Mental Depression to Be Focus of Conference at Vatican
Seeking an Answer That Goes Beyond Medicines
| 861 hits
VATICAN CITY, NOV. 12, 2003 (Zenit.org).- A three-day Vatican conference starting Thursday will focus on mental depression, a problem that plagues 340 million people and can lead to suicide.
The conference organized by the Pontifical Council for Health Care Workers aims to "shed light on one of the most serious illnesses of our day," Cardinal Javier Lozano Barragán told a press conference today. He is president of the pontifical council.
Noting that depression is described as a principal "killer" of our time, the cardinal said the reason is that "postmodern culture is a culture devoid of values, based on well-being and pleasure, where the supreme goal is economic gain."
"The World Health Organization speaks of medicines for its treatment," the cardinal told Vatican Radio. "We maintain that the medicines are good, but that, in the final analysis, depression is nothing other than fear."
"Postmodern man has become fearful," he continued. And one of the most important causes of depression, "if not the most important … is the absence of values and fear of death."
Thus, "we must give a unique answer which in no way denies the validity of medicines, but goes beyond these," the cardinal said.
"We don't have an invention or a theory, but a historical fact, the resurrection of the Lord Jesus. And we affirm that the only way to defeat death is our resurrection in Jesus by the power of the Holy Spirit," he explained.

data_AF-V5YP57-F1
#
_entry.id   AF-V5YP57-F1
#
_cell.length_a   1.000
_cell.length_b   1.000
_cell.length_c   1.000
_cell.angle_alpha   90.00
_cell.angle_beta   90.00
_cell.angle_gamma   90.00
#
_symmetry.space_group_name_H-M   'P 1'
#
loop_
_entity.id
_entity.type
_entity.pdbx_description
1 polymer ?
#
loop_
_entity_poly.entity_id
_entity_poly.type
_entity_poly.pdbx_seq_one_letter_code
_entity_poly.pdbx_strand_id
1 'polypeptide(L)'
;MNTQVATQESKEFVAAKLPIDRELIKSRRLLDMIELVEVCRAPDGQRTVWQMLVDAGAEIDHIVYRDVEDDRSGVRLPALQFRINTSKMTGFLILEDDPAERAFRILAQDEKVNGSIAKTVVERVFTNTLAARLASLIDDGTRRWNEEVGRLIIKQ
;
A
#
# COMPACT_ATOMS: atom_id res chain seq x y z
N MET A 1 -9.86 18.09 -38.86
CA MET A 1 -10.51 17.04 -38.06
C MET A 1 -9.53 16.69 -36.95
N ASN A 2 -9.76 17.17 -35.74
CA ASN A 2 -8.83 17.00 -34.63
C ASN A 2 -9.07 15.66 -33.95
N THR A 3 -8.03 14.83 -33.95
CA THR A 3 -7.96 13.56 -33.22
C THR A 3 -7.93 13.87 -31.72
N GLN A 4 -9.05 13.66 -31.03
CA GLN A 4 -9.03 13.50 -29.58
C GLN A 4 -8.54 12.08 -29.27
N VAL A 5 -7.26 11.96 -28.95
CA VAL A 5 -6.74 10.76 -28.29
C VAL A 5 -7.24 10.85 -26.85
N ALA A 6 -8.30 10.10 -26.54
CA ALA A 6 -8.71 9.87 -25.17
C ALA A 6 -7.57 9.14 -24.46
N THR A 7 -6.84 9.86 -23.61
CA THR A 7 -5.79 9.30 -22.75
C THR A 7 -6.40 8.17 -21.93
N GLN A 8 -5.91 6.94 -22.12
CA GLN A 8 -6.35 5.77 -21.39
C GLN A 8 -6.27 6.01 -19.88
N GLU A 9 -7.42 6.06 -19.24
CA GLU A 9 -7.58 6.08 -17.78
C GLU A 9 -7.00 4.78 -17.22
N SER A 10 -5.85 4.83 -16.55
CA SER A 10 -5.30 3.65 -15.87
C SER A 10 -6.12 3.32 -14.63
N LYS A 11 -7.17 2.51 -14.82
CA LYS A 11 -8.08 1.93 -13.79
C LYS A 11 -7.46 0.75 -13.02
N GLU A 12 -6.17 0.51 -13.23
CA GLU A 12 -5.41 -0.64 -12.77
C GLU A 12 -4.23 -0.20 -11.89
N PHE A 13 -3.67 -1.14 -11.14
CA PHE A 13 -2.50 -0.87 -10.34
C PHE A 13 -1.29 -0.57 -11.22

Hence, in living the resurrection of the Lord "lies the greatest, most effective remedy against depression," contended the cardinal.
Speakers will include Cardinal Lozano Barragán; Cardinal José Saraiva Martins, prefect of the Congregation for Sainthood Causes; Cardinal Paul Poupard, president of the Pontifical Council for Culture; and Cardinal Ivan Dias, archbishop of Bombay, India. Psychiatrists, professors and bishops will be among those attending the event.
At today's press conference, Vatican spokesman Joaquín Navarro-Valls, himself a psychiatrist, pointed out the "vulnerability that some persons have, given certain styles of life."
"The doctor can analyze this in the patient, but it is not just cured with Prozac, serotonin or purely biological elements," he said.
On Friday, John Paul II is scheduled to receive in audience the 600 or so participants in the conference.